Michal Klepetek, a ballet dancer of the Moravian Theatre in Olomouc, has won the Czech Mr Gay pagent. The 28-year-old dancer defeated another six finalists in the competition’s final held in a Prague theatre on Friday night. The contestants competed in several rounds including a swimsuit catwalk, question responses, and a free discipline. The organizers raised 35,000 crowns that was donated to a cancer-research endowment fund.
The leader of the Dawn party, Tomio Okamura, said one of his party’s candidates in the European elections, Klára Samková, had “not a drop of Gypsy blood” in her veins. Ms Samková has worked as attorney for a number of Romany clients and was married to a Romany man. Mr Okamura made the comment on Facebook when asked why the party, known for its anti-Romany rhetoric, had fielded Ms Samková for the election. The comments came under criticism from Romany advocates; for her part, Klára Samková came out in defence of Mr Okamura, saying he meant no offence.
Representatives of the country’s Olah Romanies elected a new king in the town of Hradec Králové on Saturday. Their new monarch is to be fifty-two-year- old entrepreneur Robert Beneš from Brno. Although Benes was elected by Olah representatives from dozens of towns and cities, he may not be accepted by all Olah Romanies. For instance the Olah clan from Ostrava was notably absent from the vote. Elections of previous Olah kings have been known to stir controversy. In 2001 Jan Lipa was elected king of the Olahs, but a congregation of Olah Romanies in Brno refused to accept him and elected Jan Horvátko instead. Lipa died in 2012, Horvátko a year later.
Overcoming the language barrier is one of the main hurdles Romany children face on starting school and is one of the oft-cited reasons for putting them in “special schools” for children with learning disabilities. Deputies in the lower house are now engaged in a debate on whether to introduce a special dual-language curriculum for Romany children.
Finance Minister and ANO party leader Andrej Babiš on Thursday apologized for his attack on the news website echo24.cz. Earlier this week, Mr Babiš said the website’s investor was a front, and indirectly threatened to audit his tax returns. His comments came after ANO’s Justice Minister Helená Válková suggested in an interview for the website that conditions in Bohemia and Moravia under Nazi rule were not that harsh. Mr Babiš said the interview was not fair. The outlet, which has also expressed critical views of the finance minister and his party, was founded by journalists who left the daily Lidové noviny after it was acquired by Mr Babiš last year. In a statement for another of his papers, Mladá fronta Dnes, Andrej Babiš apologized for his remarks and said it was not his intention to check the media outlet’s finances or to silence anyone.
The Czech government’s Agency for Social Inclusion will launch a nationwide anti-racism campaign, its coordinator Jaroslav Valůch said on Wednesday. The campaign will start in the autumn, and will focus on people between 15 and 25 years of age. The agency is planning to use testimonies of victims of racially motivated violence to refute myths and disinformation about the country’s minorities. It will also work with schools, mainly in the depressed north Bohemia and Moravia-Silesia regions, Mr Valůch said. The project, covered mostly by EU funds, will last two years.
The Czech Republic has a large Vietnamese community and today Vietnamese-run open-all-hours corner stores are to be found throughout the country. Indeed, a new report by market analysts Nielsen says that one fifth of Czech food shops are now Asian run. But what does the boom in Vietnamese stores mean for consumers? That’s a question I put to leading Czech food writer Petra Pospěchová.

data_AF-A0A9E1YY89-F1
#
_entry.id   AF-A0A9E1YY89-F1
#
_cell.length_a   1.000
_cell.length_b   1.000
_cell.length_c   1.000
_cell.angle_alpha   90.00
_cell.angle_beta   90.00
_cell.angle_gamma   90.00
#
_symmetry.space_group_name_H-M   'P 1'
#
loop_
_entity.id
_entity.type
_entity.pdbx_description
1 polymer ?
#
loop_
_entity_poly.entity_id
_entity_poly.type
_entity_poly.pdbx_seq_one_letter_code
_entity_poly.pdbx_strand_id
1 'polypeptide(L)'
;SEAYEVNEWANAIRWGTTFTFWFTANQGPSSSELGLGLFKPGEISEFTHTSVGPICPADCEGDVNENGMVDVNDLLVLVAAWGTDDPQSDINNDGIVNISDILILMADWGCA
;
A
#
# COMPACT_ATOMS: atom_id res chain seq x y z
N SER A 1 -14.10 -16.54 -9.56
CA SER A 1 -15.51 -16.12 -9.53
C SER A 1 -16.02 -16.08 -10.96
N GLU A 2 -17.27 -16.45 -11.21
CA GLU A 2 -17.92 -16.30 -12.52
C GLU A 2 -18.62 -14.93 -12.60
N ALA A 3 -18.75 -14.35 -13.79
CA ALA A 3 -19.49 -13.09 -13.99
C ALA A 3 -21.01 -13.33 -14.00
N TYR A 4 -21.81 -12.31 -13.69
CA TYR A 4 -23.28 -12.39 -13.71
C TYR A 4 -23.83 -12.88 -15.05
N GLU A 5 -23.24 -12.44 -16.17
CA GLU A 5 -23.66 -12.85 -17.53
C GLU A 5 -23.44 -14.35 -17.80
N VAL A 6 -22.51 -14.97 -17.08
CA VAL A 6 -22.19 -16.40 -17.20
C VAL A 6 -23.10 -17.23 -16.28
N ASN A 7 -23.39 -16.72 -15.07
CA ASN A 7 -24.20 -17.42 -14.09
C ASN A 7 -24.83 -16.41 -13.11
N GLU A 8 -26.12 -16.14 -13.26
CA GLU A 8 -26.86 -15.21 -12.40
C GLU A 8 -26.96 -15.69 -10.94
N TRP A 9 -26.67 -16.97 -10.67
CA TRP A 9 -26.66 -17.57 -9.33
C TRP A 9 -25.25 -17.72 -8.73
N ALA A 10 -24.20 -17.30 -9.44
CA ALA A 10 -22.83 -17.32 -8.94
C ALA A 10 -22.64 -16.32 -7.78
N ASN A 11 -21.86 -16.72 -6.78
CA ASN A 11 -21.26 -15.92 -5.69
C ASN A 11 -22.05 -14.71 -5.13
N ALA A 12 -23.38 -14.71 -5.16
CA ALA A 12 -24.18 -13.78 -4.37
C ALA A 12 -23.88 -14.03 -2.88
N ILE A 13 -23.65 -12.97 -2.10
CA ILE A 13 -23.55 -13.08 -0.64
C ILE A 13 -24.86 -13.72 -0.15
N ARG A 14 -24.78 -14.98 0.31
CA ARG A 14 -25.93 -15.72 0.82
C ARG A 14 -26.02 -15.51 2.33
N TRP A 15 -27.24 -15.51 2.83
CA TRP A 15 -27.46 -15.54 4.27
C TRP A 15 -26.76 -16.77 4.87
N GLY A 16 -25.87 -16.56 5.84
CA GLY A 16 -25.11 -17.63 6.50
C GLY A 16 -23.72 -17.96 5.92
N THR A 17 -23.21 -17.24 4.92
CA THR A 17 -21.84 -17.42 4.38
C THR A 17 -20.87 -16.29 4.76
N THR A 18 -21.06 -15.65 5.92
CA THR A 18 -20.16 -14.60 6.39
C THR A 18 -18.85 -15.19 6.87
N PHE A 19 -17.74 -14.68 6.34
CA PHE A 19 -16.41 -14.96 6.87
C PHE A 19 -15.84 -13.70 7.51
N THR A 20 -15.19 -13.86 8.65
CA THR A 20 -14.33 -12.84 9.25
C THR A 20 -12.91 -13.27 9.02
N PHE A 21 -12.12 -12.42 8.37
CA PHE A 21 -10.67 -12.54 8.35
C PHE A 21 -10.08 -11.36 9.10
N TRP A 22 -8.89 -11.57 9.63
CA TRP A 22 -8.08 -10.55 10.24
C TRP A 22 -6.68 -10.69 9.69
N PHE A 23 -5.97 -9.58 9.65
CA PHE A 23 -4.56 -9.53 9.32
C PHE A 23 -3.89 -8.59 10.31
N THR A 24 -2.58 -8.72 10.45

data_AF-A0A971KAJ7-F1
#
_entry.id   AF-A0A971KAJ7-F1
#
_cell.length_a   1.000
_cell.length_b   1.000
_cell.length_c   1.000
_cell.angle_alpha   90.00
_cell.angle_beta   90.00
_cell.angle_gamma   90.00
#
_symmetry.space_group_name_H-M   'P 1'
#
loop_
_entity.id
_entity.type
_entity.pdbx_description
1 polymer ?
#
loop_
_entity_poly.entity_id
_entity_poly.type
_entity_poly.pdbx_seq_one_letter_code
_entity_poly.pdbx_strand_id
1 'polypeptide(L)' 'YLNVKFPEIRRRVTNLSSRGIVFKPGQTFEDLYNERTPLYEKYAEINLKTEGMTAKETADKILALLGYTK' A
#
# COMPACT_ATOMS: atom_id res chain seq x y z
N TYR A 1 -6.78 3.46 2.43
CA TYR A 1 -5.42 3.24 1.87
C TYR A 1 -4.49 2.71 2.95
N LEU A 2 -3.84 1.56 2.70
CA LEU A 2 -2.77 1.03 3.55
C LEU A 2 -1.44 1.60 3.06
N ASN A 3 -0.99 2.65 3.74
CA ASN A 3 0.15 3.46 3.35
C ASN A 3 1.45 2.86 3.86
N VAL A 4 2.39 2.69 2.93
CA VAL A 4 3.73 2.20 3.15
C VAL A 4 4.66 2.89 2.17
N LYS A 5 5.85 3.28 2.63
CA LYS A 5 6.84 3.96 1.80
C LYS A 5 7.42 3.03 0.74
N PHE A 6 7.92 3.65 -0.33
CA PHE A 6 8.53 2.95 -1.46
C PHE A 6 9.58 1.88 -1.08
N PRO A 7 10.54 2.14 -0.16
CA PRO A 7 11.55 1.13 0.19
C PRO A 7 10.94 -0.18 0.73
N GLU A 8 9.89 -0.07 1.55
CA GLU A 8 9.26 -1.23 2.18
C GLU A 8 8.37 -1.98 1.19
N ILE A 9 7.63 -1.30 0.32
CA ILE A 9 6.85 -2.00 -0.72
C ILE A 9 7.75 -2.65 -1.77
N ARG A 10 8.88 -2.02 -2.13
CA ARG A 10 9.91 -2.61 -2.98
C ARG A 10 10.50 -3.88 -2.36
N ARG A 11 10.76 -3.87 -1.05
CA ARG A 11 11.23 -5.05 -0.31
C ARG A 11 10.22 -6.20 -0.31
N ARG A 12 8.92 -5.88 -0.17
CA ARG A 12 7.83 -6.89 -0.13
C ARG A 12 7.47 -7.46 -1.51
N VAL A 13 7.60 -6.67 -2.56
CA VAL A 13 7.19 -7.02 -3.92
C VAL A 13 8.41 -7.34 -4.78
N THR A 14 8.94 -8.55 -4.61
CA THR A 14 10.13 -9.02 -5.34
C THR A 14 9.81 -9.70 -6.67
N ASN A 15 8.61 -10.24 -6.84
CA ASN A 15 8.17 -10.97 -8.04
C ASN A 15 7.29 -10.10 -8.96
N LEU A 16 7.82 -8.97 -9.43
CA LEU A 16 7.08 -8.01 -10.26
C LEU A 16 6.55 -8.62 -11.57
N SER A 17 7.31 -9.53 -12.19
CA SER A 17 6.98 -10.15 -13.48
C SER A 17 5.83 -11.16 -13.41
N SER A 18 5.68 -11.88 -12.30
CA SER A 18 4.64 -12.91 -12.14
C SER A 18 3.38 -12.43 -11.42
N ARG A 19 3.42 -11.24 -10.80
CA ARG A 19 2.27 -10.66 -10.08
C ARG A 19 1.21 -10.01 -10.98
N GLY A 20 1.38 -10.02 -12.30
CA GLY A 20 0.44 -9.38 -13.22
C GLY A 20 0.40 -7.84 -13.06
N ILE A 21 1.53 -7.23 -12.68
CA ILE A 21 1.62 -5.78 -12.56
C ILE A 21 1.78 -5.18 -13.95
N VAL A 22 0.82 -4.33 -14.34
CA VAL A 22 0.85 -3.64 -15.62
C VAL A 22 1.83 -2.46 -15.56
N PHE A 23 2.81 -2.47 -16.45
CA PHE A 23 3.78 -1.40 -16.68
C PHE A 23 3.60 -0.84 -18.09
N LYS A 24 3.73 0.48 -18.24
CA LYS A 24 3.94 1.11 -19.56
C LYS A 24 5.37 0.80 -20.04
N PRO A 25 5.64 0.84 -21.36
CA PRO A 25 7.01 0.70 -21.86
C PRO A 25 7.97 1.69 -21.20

Statistics reveal a significant gender gap in pay, according to a report by the Labour and Social Affairs Ministry. The figures show that both in the private and public sector women make on average 17 percent less than men in similar positions. The gap is reportedly widest in the 40 to 50 age bracket, where women make on average 23,000 crowns a month, while men make on average 31,000 crowns.
Since its foundation in the early 1990s, the Prague-based Člověk v tísni, or People in Need, has become one of the biggest NGOs in Central Europe. Founding member Šimon Pánek has for many years been the organisation’s director, and when we met at People in Need’s HQ the other day the conversation touched on its targeting of aid, politics, international perception and plans for the future. But I first asked Pánek what for him had been its standout projects of the last 20 years-plus.
The Czech prime minister, Bohuslav Sobotka, has promised that his cabinet will deal with the issue of discrimination against the Roma minority in the Czech Republic, the news site novinky.cz reported. Mr. Sobotka made the pledge in a reply to a letter the government received from the Council of Europe’s commissioner for human rights, Nils Muižnieks, who called for action to halt a growing number of anti-Roma demonstrations. The Czech leader said his cabinet would stand up to all forms of violence, hostility and discrimination, including “anti-gypsyism”. Mr. Sobotka said the government was preparing a national strategy on Roma integration that would be in place until 2020.
Over 1,000 skeletons discovered during renovation of Kutná Hora “bone church”
Language exams for foreigners seeking permanent residency permit to become tougher
Why are Russian and Chinese spying activities in Czech Republic so intense and how exactly do they do it?
Prague’s historical Koh-i-noor factory to be converted into residential area
The history of the “German Czechs”